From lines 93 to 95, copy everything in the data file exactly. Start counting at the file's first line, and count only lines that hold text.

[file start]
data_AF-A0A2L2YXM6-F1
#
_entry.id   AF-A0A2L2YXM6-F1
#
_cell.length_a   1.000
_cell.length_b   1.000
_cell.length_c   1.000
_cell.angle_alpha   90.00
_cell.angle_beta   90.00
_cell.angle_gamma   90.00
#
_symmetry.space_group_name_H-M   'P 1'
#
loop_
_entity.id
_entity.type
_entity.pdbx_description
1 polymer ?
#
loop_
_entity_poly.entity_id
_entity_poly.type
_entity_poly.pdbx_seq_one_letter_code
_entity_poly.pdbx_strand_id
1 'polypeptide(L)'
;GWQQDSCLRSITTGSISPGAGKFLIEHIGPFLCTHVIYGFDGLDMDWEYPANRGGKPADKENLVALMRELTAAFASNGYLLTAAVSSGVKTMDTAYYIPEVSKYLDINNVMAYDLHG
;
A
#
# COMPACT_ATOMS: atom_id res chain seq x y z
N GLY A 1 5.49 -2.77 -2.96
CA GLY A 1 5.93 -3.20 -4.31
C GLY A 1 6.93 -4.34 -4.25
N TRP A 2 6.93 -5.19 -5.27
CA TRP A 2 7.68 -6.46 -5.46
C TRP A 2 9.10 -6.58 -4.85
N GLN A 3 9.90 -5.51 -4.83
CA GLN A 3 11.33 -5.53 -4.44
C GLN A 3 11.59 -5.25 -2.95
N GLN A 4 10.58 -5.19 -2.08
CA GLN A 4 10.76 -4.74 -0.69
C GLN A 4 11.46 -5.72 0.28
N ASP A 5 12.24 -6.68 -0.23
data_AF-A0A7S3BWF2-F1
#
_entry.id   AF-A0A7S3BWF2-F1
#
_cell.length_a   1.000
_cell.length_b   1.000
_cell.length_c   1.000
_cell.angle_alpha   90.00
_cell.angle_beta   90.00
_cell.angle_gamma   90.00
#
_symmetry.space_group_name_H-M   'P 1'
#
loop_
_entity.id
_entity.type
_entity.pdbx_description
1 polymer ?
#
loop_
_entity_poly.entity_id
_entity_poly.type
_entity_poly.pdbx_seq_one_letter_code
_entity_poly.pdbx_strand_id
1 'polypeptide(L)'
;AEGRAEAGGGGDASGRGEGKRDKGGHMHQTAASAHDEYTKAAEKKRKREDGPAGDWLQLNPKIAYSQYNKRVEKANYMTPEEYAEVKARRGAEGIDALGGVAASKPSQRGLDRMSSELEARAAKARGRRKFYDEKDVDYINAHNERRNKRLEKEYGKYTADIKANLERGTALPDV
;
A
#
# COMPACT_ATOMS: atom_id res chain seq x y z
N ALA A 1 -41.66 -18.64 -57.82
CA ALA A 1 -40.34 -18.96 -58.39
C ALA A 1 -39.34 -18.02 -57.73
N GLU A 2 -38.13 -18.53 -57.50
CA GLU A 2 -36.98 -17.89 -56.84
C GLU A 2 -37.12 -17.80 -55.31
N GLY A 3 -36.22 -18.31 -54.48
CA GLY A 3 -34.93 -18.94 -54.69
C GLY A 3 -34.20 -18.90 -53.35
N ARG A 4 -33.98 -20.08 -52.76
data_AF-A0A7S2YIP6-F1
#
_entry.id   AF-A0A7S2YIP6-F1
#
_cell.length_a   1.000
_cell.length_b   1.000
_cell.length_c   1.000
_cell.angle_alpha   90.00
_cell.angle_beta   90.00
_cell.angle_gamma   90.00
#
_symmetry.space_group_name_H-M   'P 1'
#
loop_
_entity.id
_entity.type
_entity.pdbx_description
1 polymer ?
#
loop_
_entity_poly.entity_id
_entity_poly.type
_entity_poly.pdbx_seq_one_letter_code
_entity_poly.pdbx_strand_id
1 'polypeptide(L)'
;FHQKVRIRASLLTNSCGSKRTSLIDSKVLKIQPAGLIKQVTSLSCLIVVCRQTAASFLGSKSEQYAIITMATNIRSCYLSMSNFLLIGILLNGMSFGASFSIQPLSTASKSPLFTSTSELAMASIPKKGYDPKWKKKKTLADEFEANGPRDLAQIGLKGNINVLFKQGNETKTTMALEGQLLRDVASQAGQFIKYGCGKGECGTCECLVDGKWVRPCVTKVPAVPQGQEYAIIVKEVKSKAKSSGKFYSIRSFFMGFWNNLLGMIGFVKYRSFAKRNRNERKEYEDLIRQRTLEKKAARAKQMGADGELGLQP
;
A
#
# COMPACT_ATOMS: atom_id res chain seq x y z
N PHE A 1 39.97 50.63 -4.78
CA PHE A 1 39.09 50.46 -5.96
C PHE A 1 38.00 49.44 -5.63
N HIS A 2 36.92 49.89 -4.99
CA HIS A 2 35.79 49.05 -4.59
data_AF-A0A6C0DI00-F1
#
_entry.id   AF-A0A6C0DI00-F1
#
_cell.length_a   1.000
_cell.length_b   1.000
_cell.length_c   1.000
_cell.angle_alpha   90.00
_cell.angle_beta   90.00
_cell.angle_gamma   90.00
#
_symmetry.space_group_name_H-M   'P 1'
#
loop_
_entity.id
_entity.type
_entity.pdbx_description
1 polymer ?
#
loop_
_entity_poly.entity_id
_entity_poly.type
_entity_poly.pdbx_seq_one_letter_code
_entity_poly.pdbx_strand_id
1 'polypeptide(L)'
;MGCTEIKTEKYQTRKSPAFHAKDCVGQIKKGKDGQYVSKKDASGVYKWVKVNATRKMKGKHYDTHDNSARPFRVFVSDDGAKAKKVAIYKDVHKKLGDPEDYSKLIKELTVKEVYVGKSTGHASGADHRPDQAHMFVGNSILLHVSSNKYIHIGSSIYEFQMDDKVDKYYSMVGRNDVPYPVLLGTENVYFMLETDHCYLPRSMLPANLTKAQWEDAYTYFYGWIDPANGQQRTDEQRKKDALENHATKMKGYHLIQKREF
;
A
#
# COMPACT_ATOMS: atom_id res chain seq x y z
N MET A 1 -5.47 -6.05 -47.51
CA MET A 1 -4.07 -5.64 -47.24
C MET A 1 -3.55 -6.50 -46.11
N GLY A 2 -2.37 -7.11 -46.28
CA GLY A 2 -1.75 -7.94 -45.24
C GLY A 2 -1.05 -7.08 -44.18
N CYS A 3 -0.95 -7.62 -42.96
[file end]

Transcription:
_cell.angle_gamma   90.00
#
_symmetry.space_group_name_H-M   'P 1'